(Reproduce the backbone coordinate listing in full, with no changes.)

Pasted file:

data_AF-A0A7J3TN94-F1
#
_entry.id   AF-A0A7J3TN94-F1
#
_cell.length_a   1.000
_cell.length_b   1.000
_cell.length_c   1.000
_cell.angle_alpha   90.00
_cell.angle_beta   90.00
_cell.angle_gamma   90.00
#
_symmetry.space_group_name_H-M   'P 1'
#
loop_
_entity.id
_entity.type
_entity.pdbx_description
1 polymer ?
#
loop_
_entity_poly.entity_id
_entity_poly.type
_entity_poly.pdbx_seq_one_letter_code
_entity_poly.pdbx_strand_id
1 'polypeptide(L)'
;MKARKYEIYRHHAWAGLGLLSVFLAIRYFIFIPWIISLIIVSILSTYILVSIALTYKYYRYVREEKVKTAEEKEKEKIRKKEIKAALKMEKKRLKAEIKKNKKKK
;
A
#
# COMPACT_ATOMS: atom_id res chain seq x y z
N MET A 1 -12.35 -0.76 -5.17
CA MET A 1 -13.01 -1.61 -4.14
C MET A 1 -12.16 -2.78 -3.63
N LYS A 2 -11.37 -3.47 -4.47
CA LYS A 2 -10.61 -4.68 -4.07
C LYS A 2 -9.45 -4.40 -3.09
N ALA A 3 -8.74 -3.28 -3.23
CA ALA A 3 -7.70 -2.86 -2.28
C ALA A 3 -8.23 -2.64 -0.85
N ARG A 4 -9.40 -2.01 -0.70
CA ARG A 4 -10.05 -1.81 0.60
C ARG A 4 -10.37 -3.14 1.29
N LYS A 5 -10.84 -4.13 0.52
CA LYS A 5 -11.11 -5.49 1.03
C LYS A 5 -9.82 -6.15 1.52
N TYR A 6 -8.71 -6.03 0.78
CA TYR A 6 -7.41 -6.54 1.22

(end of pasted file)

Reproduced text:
data_AF-A0A7J3TN94-F1
#
_entry.id   AF-A0A7J3TN94-F1
#
_cell.length_a   1.000
_cell.length_b   1.000
_cell.length_c   1.000
_cell.angle_alpha   90.00
_cell.angle_beta   90.00
_cell.angle_gamma   90.00
#
_symmetry.space_group_name_H-M   'P 1'
#
loop_
_entity.id
_entity.type
_entity.pdbx_description
1 polymer ?
#
loop_
_entity_poly.entity_id
_entity_poly.type
_entity_poly.pdbx_seq_one_letter_code
_entity_poly.pdbx_strand_id
1 'polypeptide(L)'
;MKARKYEIYRHHAWAGLGLLSVFLAIRYFIFIPWIISLIIVSILSTYILVSIALTYKYYRYVREEKVKTAEEKEKEKIRKKEIKAALKMEKKRLKAEIKKNKKKK
;
A
#
# COMPACT_ATOMS: atom_id res chain seq x y z
N MET A 1 -12.35 -0.76 -5.17
CA MET A 1 -13.01 -1.61 -4.14
C MET A 1 -12.16 -2.78 -3.63
N LYS A 2 -11.37 -3.47 -4.47
CA LYS A 2 -10.61 -4.68 -4.07
C LYS A 2 -9.45 -4.40 -3.09
N ALA A 3 -8.74 -3.28 -3.23
CA ALA A 3 -7.70 -2.86 -2.28
C ALA A 3 -8.23 -2.64 -0.85
N ARG A 4 -9.40 -2.01 -0.70
CA ARG A 4 -10.05 -1.81 0.60
C ARG A 4 -10.37 -3.14 1.29
N LYS A 5 -10.84 -4.13 0.52
CA LYS A 5 -11.11 -5.49 1.03
C LYS A 5 -9.82 -6.15 1.52
N TYR A 6 -8.71 -6.03 0.78
CA TYR A 6 -7.41 -6.54 1.22